Taxi services for seniors subsidized by local city halls are proving increasingly popular. The town of Bohumín which provided the service to seniors over 70 has now broadened the offer to people aged over 65. Seniors use the taxi service for trips to their GP or hospital paying a symbolic 15 crowns for the ride. The town hall subsidizes the service with around 30 thousand crowns a month. Other Czech towns and cities have latched on to the idea, such as Plzen and Karvina.
Prague City Tourism is preparing to conduct an extensive three-year survey among tourists to Prague to find out why they chose to spend time in the Czech Republic and the level of satisfaction with services offered. The agency plans to address some 1,500 visitors from different countries twice a year. According to the agency’s spokeswoman Prague City Tourism needs more comprehensive data about visitors to Prague in order to attract more tourists and improve services. At present it relies on information provided by the Czech Statistics Office.
Officers from West Yorkshire say they have arrested a 35-year-old Czech man in connection with the 2008 theft of over 800 bronze plaques bearing the names of Holocaust victims at the National Cemetery in the town of Terezín. The man was stopped for a regular road check and when officers ran his details through the Police National Computer they discovered a European Arrest Warrant had been issued in his name. The man was taken into custody, where he remains pending extradition proceedings. Two other men are wanted in connection with the said crime which caused damages of 1.7 million Czech crowns.
A quarter of the prisoners released under the presidential amnesty declared z Václav Klaus two years ago are reportedly back in jail. According to information released by the Czech Prison Service 1498 of the 6471 prisoners released in 2012 are back in jail serving prison sentences for new offences. The country’s prisons which were severely overcrowded before the amnesty are now filled to 93 percent of their capacity, the prison service says.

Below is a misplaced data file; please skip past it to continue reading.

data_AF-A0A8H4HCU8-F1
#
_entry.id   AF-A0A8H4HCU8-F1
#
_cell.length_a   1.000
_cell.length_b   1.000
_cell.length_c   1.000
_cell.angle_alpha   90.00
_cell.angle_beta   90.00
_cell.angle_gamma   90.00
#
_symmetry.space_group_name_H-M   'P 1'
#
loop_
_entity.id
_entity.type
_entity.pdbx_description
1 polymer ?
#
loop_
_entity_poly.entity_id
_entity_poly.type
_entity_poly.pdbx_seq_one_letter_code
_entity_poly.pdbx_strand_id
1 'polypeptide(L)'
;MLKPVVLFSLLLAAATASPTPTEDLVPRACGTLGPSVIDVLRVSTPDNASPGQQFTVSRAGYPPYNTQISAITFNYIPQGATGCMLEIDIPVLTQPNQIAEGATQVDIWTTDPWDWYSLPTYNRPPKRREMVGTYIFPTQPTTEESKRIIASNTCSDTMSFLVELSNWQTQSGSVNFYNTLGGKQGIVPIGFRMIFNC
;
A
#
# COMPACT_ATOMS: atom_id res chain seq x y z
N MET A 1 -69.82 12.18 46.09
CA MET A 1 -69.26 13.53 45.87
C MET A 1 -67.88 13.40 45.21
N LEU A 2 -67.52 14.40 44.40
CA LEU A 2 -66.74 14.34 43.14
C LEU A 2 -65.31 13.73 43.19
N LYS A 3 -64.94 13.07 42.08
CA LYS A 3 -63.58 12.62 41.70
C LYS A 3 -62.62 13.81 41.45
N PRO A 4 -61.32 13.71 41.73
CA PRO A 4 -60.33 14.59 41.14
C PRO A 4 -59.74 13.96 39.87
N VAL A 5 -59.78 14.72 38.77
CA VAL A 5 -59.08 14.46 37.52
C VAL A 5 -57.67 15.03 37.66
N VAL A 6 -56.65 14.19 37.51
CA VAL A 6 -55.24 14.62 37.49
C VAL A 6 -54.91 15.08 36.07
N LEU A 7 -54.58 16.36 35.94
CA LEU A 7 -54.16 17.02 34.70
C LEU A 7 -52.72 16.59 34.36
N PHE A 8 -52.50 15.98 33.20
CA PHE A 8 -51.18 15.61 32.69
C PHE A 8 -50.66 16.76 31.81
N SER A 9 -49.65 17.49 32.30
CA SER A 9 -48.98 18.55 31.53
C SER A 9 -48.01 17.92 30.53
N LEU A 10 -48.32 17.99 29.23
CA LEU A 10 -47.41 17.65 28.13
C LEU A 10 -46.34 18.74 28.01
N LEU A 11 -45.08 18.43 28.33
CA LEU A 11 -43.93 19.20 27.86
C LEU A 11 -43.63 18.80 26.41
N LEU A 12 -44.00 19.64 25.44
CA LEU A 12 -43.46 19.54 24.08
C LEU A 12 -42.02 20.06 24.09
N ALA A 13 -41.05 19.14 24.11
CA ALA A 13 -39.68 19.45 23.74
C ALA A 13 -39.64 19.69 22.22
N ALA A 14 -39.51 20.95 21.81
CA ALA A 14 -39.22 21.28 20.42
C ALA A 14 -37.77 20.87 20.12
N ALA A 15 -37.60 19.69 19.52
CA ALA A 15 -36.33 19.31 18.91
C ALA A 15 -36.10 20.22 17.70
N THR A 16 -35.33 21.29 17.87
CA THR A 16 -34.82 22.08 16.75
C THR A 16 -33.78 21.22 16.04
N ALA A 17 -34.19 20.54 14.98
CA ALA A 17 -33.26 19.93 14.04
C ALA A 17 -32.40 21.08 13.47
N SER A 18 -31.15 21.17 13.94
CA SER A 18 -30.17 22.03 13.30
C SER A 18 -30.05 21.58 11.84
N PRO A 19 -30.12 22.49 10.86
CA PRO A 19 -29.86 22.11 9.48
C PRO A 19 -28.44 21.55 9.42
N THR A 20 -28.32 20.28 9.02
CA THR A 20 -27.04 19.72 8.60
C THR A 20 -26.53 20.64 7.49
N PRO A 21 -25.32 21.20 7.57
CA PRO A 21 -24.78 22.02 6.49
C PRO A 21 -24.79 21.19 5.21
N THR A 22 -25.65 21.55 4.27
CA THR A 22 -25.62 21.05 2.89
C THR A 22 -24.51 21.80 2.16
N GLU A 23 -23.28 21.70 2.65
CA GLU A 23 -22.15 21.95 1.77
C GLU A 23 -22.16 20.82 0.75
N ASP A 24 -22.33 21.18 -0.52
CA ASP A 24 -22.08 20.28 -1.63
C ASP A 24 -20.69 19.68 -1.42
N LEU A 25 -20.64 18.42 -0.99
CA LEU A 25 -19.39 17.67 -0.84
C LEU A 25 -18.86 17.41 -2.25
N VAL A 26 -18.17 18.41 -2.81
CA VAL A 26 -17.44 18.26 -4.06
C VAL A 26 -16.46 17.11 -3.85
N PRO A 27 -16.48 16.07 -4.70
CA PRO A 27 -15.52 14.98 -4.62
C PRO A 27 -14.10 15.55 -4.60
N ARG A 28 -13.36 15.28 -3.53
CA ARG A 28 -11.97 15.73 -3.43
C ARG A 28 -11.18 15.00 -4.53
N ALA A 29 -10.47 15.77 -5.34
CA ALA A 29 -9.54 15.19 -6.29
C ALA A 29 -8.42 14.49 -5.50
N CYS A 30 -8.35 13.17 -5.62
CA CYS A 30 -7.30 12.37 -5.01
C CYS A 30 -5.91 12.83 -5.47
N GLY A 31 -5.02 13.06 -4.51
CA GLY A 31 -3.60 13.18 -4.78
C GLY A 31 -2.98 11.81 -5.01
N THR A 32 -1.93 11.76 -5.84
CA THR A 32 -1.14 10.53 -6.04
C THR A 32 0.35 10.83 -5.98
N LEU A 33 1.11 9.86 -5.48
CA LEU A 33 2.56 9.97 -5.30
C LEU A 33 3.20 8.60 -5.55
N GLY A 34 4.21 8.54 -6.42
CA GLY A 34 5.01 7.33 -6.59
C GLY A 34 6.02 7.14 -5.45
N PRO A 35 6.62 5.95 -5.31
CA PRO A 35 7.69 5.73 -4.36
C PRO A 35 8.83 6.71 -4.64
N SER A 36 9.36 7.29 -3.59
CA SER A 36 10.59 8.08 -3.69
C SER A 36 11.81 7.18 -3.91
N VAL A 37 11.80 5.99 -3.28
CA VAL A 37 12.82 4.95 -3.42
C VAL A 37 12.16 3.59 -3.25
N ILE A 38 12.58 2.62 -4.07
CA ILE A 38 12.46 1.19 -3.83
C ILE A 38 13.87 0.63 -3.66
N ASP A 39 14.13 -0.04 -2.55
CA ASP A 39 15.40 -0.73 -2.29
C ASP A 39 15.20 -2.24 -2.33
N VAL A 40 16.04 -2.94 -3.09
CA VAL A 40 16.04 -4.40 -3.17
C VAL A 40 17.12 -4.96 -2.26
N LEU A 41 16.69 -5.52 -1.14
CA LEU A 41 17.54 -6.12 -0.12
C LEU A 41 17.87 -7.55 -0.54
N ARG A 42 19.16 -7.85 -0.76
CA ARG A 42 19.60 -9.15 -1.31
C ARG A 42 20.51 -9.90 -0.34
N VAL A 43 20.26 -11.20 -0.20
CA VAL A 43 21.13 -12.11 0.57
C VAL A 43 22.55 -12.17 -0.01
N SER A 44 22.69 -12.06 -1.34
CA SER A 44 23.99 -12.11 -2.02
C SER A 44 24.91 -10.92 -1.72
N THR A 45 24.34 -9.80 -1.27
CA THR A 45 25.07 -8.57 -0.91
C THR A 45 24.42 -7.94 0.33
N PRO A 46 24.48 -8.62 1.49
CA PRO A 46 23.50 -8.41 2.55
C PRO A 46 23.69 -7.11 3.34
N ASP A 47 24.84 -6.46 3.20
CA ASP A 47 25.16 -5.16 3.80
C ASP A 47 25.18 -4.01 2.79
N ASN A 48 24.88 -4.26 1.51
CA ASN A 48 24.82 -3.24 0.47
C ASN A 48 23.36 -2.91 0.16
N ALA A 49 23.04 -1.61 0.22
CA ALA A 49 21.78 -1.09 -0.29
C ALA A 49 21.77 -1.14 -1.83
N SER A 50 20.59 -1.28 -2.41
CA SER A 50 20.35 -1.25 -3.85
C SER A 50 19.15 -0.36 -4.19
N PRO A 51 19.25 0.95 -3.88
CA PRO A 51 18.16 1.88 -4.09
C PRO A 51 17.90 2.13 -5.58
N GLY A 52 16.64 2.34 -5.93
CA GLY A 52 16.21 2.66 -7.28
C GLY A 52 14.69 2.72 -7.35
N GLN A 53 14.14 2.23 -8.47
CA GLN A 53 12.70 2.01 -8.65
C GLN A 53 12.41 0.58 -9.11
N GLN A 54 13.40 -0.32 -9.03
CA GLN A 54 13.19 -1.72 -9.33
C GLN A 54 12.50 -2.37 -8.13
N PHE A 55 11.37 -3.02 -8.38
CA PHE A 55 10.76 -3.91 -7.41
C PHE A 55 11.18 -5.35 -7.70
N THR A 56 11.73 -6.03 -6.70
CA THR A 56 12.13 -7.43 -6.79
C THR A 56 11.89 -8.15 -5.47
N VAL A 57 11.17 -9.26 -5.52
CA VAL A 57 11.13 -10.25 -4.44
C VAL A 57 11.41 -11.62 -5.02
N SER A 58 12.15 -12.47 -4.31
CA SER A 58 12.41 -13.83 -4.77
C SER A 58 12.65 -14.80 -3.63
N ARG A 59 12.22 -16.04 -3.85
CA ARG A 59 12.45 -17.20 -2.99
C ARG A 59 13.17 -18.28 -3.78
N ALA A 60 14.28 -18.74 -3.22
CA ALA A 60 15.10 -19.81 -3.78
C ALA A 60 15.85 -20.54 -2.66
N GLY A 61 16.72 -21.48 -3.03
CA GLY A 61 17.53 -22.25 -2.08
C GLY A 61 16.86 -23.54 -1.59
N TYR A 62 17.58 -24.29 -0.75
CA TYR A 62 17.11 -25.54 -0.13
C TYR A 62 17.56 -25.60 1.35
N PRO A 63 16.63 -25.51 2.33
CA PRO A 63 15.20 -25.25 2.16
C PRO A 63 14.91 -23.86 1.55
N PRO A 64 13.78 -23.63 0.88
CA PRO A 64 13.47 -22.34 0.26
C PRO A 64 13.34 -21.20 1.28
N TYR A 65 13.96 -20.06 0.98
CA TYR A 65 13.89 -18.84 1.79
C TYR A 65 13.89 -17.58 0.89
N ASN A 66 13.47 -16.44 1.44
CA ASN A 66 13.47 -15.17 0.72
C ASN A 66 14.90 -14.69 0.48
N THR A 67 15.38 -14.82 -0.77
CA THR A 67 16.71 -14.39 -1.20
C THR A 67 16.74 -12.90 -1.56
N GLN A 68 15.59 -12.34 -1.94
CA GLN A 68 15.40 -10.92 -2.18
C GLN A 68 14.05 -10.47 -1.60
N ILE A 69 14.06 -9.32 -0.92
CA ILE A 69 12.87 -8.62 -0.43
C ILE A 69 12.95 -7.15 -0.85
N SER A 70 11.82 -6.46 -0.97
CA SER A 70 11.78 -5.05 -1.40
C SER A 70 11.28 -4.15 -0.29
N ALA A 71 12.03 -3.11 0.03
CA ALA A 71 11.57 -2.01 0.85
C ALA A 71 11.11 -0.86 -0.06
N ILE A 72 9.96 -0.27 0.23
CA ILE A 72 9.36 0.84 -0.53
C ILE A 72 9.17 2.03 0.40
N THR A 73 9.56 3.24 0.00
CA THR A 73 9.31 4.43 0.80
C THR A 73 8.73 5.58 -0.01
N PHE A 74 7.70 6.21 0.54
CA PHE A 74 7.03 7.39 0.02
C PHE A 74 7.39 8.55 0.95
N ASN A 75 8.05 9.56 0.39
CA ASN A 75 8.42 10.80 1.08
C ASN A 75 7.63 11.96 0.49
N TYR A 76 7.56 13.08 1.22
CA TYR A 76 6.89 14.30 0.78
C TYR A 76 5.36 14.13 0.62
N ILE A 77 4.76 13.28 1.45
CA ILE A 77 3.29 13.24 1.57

After weeks of unseasonably warm weather in central Europe, temperatures have dropped to minus 20 degrees Celsius in the mountain regions. The coldest night was registered in the Šumava Mountains, in southern Bohemia, where temperatures dropped to minus 27 degrees. Although there has been little natural snow so far ski resorts have started making artificial snow for the upcoming season.
Pyrotechnics clearing the munitions depot in Vrbětice, Moravia, have warned of upcoming controlled explosions. Soldiers and explosives experts have been working throughout the Christmas holidays to clear the main roads along which munitions undamaged by the devastating blast in mid-October and dozens of others that followed could be transported to a new site. The surrounding grounds of the munitions depot are still scattered with damaged ammunition which will need to be eliminated in a series of controlled explosions in the coming days. Villages in the vicinity will be warned about the blasts well in advance.
Crowds of people gathered on the banks of the Vltava River on Friday for the traditional Polar Bear Dive of the country’s hardy men and women. 290 swimmers took part this year, the youngest aged 13, the oldest 87. The temperature of the air was 0 degs C, with light snow falling, the temperature of the water was 6,4 degrees C. Participants could choose from three tracks 100m, 300m and 750m. The winner of the toughest race – the 750m track –was Lenka Šterbová from Pardubice. The first such Polar Bear Dive in the Vltava River took place in 1946 in much tougher conditions - a temperature of minus 25 degrees C.
President Zeman’s Christmas message to the nation disappointed the vast majority of Czech politicians, according to a survey conducted by the CTK news agency. According to some critics the president’s ten-minute address delivered on TV Nova and carried by the nation’s public broadcasters, lacked vision and focussed only on events of the past year. Some also voiced concern that the president’s words would continue to divide rather than uniting the nation. The most critical comments came from the right wing opposition parties TOP 09 and the Civic Democrats.
Shopping malls around the country reopened on Friday after a short Christmas break launching their winter sales. Hundreds of items have been re-priced with cuts of 30 to 60 percent. According to surveys a third of Czechs regularly put off bigger purchases until the sales season, giving each other symbolic gifts for Christmas and twenty percent of respondents said they got money or vouchers as Christmas gifts. The winter sales are expected to last until mid-February.